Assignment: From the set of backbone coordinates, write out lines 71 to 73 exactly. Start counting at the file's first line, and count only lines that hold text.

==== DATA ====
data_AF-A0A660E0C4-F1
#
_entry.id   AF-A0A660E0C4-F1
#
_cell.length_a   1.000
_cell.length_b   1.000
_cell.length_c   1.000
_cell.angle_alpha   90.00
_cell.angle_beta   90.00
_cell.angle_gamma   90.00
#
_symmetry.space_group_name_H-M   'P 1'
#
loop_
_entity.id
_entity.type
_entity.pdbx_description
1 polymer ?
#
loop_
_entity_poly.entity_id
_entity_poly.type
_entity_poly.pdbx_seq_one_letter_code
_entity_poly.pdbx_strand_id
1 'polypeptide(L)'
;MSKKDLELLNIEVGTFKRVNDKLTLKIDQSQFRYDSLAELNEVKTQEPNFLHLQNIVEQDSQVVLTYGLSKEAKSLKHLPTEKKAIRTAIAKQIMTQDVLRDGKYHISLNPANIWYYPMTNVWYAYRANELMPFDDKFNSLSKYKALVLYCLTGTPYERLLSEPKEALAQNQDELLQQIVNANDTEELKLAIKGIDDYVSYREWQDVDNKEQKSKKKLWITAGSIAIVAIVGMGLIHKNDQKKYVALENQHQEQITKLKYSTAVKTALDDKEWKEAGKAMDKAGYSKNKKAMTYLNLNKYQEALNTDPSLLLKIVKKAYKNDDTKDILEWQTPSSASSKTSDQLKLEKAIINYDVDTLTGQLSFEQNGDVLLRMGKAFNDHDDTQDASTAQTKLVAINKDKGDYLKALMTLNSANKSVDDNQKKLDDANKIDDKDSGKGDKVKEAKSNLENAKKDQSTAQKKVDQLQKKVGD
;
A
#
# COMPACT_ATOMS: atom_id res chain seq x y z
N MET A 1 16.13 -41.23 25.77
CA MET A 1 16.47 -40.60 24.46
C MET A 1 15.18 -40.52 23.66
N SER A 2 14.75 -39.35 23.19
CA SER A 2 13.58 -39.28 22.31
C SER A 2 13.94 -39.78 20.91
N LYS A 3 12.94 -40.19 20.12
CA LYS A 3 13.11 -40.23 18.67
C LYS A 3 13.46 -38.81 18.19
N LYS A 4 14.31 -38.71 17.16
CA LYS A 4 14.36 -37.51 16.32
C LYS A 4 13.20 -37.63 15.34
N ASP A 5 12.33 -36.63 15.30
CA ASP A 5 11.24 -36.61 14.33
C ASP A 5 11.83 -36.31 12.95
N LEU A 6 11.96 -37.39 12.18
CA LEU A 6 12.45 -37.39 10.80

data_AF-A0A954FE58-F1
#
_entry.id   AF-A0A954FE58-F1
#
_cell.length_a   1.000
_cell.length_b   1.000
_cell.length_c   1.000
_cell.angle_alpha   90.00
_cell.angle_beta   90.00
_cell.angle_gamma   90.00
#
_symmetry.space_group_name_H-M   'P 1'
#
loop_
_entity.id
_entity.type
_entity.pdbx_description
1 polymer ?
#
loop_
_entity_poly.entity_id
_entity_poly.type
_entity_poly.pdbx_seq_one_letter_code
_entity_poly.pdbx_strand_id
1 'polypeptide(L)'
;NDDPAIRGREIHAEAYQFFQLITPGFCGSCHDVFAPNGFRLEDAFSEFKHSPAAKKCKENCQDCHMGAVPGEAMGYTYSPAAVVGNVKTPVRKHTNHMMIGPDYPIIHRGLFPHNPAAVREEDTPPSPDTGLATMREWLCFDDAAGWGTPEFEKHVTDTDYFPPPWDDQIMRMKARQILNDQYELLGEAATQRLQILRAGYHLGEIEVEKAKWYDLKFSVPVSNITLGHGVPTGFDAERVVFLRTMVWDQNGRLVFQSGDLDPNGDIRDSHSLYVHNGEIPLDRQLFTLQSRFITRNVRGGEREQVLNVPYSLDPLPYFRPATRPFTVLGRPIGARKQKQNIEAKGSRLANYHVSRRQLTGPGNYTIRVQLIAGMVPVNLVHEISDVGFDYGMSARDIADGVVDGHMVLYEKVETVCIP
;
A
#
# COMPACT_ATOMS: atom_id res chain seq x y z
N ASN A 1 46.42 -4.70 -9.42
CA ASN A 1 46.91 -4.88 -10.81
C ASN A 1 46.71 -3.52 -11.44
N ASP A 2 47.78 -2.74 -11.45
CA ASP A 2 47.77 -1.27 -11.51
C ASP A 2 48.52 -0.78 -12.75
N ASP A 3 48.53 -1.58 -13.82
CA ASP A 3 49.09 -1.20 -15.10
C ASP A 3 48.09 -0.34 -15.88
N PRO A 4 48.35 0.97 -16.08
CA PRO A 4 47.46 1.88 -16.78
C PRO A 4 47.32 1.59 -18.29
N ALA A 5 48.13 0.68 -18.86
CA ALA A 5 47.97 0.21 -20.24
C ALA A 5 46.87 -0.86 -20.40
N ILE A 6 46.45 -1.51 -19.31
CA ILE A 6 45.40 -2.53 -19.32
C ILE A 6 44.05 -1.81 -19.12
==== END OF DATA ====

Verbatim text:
_entity_poly.pdbx_strand_id
1 'polypeptide(L)'
;NDDPAIRGREIHAEAYQFFQLITPGFCGSCHDVFAPNGFRLEDAFSEFKHSPAAKKCKENCQDCHMGAVPGEAMGYTYSPAAVVGNVKTPVRKHTNHMMIGPDYPIIHRGLFPHNPAAVREEDTPPSPDTGLATMREWLCFDDAAGWGTPEFEKHVTDTDYFPPPWDDQIMRMKARQILNDQYELLGEAATQRLQILRAGYHLGEIEVEKAKWYDLKFSVPVSNITLGHGVPTGFDAERVVFLRTMVWDQNGRLVFQSGDLDPNGDIRDSHSLYVHNGEIPLDRQLFTLQSRFITRNVRGGEREQVLNVPYSLDPLPYFRPATRPFTVLGRPIGARKQKQNIEAKGSRLANYHVSRRQLTGPGNYTIRVQLIAGMVPVNLVHEISDVGFDYGMSARDIADGVVDGHMVLYEKVETVCIP